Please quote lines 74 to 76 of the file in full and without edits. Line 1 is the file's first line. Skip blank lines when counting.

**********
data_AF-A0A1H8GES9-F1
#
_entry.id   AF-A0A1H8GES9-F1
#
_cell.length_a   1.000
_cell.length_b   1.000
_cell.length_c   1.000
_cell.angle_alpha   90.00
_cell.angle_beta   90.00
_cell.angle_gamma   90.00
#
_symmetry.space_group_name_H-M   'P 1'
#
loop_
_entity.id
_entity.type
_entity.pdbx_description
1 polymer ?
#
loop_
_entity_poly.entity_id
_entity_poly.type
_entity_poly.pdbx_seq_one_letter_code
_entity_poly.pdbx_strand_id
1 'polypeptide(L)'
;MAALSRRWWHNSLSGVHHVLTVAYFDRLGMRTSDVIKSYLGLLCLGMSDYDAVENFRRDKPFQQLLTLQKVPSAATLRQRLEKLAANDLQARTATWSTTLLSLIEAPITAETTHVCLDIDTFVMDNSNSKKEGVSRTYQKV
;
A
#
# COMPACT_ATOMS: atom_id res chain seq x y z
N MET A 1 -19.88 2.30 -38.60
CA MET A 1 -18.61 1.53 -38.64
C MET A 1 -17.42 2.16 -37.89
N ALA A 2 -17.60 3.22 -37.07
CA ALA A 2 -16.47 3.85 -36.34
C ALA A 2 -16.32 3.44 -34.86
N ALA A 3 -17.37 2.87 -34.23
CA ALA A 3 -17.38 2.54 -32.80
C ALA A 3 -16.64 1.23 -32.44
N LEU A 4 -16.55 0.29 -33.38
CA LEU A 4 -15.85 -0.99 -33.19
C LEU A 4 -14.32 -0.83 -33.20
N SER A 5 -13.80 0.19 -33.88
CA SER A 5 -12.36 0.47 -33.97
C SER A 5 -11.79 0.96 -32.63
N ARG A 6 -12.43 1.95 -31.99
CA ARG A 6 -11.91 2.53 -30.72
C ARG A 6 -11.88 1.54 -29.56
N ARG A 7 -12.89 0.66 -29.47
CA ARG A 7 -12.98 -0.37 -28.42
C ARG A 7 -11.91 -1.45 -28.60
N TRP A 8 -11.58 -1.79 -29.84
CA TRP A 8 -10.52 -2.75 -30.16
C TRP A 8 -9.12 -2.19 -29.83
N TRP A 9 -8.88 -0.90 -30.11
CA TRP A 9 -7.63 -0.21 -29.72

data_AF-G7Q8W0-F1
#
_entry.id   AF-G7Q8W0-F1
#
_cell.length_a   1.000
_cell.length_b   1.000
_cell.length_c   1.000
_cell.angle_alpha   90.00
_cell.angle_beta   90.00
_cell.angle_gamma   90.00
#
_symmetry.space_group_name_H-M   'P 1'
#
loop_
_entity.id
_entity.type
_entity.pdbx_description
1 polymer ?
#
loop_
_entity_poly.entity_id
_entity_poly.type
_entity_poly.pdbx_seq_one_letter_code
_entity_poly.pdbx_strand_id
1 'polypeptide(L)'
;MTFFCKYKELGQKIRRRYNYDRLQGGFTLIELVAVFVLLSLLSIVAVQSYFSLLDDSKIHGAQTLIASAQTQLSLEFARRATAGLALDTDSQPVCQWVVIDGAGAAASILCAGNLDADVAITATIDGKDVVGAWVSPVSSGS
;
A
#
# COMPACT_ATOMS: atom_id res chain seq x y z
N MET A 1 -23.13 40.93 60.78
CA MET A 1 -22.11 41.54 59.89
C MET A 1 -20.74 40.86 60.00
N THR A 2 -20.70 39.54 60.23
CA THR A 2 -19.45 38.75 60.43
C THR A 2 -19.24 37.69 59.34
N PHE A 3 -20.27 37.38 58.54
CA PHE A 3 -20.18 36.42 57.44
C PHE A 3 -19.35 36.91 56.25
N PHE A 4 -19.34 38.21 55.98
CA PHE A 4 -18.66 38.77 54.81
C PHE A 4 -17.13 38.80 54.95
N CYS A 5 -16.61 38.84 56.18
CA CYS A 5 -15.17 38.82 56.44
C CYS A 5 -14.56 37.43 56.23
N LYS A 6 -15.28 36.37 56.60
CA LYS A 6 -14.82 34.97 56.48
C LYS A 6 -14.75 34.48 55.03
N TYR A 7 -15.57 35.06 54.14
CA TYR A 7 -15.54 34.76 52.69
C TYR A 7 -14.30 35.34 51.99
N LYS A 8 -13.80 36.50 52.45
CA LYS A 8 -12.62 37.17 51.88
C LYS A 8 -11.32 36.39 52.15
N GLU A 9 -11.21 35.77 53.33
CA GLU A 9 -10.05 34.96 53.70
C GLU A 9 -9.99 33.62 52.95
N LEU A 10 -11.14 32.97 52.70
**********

1 polymer ?
#
loop_